The nation faces elections next year, and if the boos from the crowd at Zuma during Mandela’s memorial service are any indication, they are going to be interesting.
The ANC has dominated elections since 1994, but many South Africans today say they are disappointed in the party. Part of their rancour comes from an investigation into Zuma’s alleged expenditure of more than R200 million in government funds to upgrade his personal home (with a swimming pool, a visitors’ pavilion, an amphitheatre and a corral for cattle, all described by the Zuma camp as “security upgrades”).
There is no clear inheritor of the ANC sceptre, but there has recently been a blossoming of political parties whose express intention, it seems, is to grab the baton.
If a recent, riveting political debate on a local news channel is any indication, there are many issues to talk about: inequality, racism and economics dominated as the able guests alternately debated and, at times, yelled at one another.
4. Now the bad things
South Africa is often called the rape capital of the world. Police documented more than 64 000 rapes last year. And it seems it cuts across social lines. A number of high-profile South Africans have been accused in court of rape: Zuma (who was acquitted), Zwelinzima Vavi, leader of South Africa’s biggest trade union federation (who had charges withdrawn), and even the man accused of faking sign language at Mandela’s memorial event.
Even more worrisome, rapists do not seem to discriminate when it comes to choosing victims. A man recently made headlines after he was arrested for raping a six-week-old baby. Grandmothers are raped with frightening regularity
Corruption and crime, of course, are rampant, and many analysts blame ineffective police and a weak judicial process.
And then there is race. Until recently, ANC rallies – including rallies led by Zuma – included an old struggle song that includes the line, “one settler, one bullet”.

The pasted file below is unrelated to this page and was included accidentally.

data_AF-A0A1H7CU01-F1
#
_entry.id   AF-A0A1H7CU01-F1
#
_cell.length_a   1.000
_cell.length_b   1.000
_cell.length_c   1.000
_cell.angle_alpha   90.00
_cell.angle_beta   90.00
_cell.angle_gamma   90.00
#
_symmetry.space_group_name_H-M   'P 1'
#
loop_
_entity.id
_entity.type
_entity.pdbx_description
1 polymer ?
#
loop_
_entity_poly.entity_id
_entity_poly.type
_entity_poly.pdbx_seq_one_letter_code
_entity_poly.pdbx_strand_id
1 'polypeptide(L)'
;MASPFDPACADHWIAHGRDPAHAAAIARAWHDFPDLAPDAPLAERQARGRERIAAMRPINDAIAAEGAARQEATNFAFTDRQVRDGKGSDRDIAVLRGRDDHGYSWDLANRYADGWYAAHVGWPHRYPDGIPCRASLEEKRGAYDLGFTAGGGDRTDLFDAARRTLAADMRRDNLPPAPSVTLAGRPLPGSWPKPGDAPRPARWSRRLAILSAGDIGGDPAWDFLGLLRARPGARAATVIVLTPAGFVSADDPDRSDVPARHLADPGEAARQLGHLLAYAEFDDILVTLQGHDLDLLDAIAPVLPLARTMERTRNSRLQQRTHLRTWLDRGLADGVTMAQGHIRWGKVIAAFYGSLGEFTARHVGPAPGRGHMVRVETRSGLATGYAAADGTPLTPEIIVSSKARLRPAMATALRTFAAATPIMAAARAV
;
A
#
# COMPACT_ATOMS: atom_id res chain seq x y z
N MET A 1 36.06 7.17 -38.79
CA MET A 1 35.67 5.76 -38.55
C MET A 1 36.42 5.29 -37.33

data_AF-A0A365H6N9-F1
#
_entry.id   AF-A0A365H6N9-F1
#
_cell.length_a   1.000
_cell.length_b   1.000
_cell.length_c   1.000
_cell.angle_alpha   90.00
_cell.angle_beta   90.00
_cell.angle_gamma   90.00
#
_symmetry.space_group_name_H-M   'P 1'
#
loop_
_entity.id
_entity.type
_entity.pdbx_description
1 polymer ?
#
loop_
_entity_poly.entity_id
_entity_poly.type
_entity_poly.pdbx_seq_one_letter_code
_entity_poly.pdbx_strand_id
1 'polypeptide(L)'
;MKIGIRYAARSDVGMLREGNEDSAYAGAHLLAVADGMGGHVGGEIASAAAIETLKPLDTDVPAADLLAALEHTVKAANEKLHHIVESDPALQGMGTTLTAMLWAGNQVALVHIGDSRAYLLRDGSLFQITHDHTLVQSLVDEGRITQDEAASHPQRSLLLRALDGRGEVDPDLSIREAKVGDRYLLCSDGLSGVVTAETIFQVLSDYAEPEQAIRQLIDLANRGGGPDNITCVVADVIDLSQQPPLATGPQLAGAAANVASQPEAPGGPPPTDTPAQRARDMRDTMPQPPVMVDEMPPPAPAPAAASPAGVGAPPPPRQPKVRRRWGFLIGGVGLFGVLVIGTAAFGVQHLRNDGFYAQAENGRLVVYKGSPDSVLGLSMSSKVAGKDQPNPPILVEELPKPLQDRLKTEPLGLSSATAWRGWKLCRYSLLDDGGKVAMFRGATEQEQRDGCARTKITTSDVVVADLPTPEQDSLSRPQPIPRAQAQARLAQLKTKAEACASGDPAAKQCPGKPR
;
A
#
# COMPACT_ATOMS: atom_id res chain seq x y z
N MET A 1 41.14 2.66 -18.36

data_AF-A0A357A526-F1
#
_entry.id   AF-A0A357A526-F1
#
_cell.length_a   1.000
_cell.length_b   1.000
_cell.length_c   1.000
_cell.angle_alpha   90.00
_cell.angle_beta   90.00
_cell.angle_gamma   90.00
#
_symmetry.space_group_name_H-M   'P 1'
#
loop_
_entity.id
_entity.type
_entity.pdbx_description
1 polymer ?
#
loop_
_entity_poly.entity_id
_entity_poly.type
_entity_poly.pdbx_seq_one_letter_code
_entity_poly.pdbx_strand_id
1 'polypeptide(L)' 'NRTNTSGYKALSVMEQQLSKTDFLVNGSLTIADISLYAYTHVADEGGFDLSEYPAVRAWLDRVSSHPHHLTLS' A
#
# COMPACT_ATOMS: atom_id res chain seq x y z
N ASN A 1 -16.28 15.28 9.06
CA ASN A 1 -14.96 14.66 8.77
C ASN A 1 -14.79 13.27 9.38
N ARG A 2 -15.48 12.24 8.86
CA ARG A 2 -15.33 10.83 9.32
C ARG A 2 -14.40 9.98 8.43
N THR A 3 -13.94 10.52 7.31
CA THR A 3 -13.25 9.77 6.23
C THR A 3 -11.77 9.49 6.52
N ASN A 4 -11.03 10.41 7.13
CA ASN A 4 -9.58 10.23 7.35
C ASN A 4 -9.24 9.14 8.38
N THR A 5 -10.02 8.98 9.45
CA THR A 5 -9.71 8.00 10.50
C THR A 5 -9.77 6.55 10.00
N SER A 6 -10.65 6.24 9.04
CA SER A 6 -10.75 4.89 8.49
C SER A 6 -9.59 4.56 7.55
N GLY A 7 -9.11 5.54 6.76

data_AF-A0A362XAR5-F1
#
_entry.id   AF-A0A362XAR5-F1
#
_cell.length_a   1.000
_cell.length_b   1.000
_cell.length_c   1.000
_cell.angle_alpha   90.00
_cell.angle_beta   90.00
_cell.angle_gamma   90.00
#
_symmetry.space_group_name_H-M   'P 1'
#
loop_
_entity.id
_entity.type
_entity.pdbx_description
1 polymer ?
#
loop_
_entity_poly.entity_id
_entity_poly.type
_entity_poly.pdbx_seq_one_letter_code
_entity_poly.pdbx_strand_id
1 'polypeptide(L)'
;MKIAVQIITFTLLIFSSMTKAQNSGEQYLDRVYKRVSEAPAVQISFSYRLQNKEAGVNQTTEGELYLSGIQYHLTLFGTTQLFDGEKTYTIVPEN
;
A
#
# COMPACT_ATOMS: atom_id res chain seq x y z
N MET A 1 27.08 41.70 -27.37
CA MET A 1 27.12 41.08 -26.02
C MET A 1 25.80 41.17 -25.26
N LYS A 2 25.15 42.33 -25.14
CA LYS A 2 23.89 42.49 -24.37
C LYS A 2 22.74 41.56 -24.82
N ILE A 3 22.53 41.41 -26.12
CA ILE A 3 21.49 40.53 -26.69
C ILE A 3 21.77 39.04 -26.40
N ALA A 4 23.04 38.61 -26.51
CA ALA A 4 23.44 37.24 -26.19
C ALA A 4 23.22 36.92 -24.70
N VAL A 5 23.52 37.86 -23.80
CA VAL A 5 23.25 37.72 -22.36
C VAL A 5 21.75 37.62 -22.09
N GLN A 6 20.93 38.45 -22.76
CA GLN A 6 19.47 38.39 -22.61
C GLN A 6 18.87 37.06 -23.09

Also, in October, a small group of white people held a protest saying they were victims of a “white genocide”. They cited 3 000 murders of white people in the past decade. However, police say 16 000 people of all races were killed nationwide last year.
5. There’s a growing black middle class – and they vote
But black South Africans are no longer restricted to menial jobs as they were under apartheid. In fact, researchers have found that South Africa’s black middle class is bigger than before, at 4.2 million people and growing.
A strong middle class is the backbone of a healthy democracy.
South Africa’s black middle class is hungry for success, for equality and, possibly, for change. Whatever they choose will set the tone for this nation going forward – and that will be interesting to see.
6. It’s a weird and wonderful country
South Africa is awesome. It is a country full of contradictions, prickly with its troubled history yet incredibly friendly, the beating heart of the continent’s economy, but also a destination for some of the world’s best natural landscapes and attractions.
It is a nation in transition – and wherever it goes next is sure to be interesting.
* Powell is a Joburg-based journalist who has covered Africa for six years and previously covered Iraq and Afghanistan.
** The views expressed here do not necessarily reflect those of Independent Newspapers